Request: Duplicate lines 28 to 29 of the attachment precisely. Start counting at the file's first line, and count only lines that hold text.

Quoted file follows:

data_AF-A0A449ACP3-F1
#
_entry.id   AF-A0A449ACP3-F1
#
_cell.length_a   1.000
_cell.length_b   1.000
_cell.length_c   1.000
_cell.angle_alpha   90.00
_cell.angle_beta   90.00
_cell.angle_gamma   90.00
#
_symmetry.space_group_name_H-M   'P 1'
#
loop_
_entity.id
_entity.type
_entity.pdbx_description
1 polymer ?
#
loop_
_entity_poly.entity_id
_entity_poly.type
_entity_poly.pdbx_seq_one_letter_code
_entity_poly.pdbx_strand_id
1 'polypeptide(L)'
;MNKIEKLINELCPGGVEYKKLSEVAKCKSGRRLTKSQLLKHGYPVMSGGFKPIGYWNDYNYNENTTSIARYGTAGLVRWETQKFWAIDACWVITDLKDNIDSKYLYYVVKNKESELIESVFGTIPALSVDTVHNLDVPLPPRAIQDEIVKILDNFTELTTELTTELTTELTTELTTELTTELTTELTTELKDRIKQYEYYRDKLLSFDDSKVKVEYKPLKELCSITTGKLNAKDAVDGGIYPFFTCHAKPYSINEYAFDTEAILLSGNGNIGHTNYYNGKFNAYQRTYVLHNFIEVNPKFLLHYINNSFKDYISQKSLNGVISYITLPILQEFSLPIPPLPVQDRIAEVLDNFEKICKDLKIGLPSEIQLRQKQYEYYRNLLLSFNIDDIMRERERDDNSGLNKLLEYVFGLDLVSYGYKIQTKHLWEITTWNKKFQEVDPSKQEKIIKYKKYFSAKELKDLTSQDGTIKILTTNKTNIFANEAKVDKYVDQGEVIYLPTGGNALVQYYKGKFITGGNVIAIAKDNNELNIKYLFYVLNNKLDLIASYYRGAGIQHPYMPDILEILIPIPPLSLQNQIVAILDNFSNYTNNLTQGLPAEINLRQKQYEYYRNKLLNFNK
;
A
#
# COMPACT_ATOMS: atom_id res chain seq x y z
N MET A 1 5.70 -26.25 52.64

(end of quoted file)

A
#